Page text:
Bronko Nagurski Award is officially a big draw

The Bronko Nagurski Award has come a long way in the 20 years it’s been presented by the Charlotte Touchdown Club.

For instance, all the finalists for the award now actually show up for the banquet, which is scheduled for Monday night at the Westin Hotel in uptown Charlotte.

That hasn’t always been the case for an award – given to the country’s top defensive player – that has now become among the most prestigious of college football’s many postseason honors.

“I remember waiting at the airport for two finalists one year, and neither showed up,” said club president John Rocco. “One year, we had just one finalist come, and he didn’t even win the award. We had 25 people at the banquet some years.”

Things are different now. When this year’s award is presented Monday, a sellout crowd of nearly 1,000 will hear Alabama coach Nick Saban give the keynote address. The banquet will be televised on the CBS Sports Network on Dec. 12.

And all five finalists – Texas tackle Malcolm Brown, Alabama defensive back Landon Collins, Mississippi defensive back Senquez Golson, Louisville defensive back Gerod Holliman and Arizona linebacker Scooby Wright – will be in attendance.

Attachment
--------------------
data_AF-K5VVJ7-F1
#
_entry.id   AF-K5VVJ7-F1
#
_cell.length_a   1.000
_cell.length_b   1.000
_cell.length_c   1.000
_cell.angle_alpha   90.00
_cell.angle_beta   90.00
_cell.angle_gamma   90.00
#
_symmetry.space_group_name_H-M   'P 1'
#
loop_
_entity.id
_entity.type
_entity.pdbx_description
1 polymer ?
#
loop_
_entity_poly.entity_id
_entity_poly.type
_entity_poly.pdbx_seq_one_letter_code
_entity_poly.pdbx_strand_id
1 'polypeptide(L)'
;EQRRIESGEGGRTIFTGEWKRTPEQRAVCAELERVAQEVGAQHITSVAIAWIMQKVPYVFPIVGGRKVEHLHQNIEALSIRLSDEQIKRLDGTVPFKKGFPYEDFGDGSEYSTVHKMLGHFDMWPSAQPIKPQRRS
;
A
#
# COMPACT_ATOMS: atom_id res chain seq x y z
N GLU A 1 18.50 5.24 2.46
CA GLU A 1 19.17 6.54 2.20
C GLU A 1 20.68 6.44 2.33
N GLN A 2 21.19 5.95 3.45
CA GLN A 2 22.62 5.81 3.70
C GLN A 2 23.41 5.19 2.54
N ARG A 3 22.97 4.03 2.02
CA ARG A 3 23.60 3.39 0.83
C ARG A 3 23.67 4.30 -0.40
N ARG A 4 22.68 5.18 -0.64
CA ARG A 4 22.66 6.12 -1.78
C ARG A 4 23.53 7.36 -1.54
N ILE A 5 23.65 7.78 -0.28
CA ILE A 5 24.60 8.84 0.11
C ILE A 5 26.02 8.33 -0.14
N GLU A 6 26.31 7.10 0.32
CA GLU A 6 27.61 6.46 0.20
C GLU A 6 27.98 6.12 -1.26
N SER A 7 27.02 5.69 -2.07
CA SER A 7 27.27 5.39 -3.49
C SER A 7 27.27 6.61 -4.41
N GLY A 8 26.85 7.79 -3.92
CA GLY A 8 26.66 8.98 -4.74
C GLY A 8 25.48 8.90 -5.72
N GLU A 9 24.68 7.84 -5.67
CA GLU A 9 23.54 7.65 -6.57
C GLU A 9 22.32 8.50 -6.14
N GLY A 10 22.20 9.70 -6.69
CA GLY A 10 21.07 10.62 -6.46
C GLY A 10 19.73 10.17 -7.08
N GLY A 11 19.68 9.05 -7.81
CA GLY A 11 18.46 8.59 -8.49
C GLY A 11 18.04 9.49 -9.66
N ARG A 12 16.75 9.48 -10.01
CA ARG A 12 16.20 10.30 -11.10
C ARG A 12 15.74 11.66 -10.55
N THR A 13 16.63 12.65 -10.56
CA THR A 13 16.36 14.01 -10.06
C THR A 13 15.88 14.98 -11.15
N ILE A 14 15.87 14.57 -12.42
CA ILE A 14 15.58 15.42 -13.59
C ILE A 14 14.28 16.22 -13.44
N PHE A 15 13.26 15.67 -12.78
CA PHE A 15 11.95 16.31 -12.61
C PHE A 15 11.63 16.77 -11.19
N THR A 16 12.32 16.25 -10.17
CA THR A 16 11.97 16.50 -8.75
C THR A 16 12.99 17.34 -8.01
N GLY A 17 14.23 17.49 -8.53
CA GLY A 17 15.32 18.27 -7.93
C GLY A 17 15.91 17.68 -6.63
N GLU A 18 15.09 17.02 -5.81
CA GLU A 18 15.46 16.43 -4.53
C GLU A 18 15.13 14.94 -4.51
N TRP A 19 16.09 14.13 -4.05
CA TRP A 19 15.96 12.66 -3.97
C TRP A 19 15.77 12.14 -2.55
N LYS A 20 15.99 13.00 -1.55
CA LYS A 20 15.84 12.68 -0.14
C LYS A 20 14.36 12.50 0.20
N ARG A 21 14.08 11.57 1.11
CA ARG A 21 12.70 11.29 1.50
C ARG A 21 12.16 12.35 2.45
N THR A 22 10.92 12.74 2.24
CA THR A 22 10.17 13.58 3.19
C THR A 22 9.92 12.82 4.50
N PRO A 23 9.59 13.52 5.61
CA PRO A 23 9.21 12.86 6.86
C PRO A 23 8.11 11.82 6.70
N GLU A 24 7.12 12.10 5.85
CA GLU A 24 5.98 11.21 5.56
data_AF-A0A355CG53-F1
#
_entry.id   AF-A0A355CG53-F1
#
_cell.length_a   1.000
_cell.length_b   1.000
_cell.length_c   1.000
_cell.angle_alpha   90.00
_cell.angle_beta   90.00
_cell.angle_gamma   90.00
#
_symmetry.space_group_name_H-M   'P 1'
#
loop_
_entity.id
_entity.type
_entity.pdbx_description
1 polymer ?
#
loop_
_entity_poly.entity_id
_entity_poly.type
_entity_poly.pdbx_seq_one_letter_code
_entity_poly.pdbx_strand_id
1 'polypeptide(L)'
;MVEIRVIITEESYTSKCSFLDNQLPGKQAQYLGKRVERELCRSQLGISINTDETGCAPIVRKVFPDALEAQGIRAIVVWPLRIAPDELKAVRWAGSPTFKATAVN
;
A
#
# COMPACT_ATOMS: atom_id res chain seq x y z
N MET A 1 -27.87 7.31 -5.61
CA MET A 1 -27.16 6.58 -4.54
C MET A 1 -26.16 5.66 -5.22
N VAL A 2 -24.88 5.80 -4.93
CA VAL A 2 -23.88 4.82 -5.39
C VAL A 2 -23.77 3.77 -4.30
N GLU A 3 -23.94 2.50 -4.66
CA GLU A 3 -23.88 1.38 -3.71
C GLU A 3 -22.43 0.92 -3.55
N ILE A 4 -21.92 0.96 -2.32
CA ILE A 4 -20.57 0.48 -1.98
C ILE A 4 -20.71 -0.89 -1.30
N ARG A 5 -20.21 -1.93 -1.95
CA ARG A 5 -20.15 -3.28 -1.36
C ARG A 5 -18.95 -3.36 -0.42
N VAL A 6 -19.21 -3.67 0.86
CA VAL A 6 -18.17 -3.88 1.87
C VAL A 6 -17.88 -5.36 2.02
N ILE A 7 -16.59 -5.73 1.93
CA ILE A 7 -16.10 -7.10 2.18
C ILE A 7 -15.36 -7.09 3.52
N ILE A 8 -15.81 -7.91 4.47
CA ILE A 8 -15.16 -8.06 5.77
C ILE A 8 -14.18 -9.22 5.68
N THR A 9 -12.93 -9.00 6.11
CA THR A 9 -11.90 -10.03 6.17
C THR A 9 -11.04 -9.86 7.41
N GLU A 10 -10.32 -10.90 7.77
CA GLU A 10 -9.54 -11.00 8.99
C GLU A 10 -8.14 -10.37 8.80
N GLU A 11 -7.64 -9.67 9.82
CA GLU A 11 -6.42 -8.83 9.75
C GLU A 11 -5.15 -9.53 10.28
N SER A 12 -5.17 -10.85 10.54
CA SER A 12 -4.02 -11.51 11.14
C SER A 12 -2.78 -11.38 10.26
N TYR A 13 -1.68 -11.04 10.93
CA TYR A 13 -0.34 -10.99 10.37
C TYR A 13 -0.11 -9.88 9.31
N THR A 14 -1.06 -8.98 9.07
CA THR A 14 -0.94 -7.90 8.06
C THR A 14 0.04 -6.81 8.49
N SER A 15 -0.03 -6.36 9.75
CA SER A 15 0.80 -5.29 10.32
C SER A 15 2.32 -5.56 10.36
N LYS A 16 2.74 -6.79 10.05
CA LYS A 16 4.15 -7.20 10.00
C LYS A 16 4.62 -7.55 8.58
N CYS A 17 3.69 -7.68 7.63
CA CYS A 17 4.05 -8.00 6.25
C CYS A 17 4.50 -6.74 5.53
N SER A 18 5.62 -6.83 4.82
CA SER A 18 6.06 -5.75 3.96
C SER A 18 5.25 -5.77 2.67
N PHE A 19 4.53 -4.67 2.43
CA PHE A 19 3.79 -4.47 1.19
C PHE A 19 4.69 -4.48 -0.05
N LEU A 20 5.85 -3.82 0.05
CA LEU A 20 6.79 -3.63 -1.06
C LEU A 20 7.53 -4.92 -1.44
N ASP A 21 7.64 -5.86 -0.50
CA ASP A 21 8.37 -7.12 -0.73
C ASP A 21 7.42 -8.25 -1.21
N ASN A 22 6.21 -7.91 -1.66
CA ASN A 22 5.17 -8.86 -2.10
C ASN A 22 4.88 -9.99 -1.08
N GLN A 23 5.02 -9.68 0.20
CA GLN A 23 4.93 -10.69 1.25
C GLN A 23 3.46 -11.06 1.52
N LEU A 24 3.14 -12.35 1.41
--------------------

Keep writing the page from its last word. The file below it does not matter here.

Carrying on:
“To see where we’ve come from, from where we started, is amazing,” Rocco said.

The Touchdown Club was founded in 1990 in anticipation of the arrival of the Carolina Panthers, who began playing five years later. In 1995, the club also partnered with the Football Writers Association of America to bring the award banquet to Charlotte.

There’s more to the Touchdown Club than presenting the Nagurski Award, which has had winners that have included Panthers linebacker Luke Kuechly (2011), Georgia defensive back Champ Bailey (1998) and former Panthers linebacker Dan Morgan (2000). It’s a non-profit organization that supports athletics throughout a seven-county region surrounding Charlotte. It has an endowment that has grown from $25,000 to more than $1 million, donating more than $650,000 to area students and athletic programs over the years.

In 2010, the club raised $50,000 to help save middle-school athletics in Charlotte Mecklenburg Schools.

“Those things we do with the schools are what we are most proud of,” Rocco said. “That’s our mission.”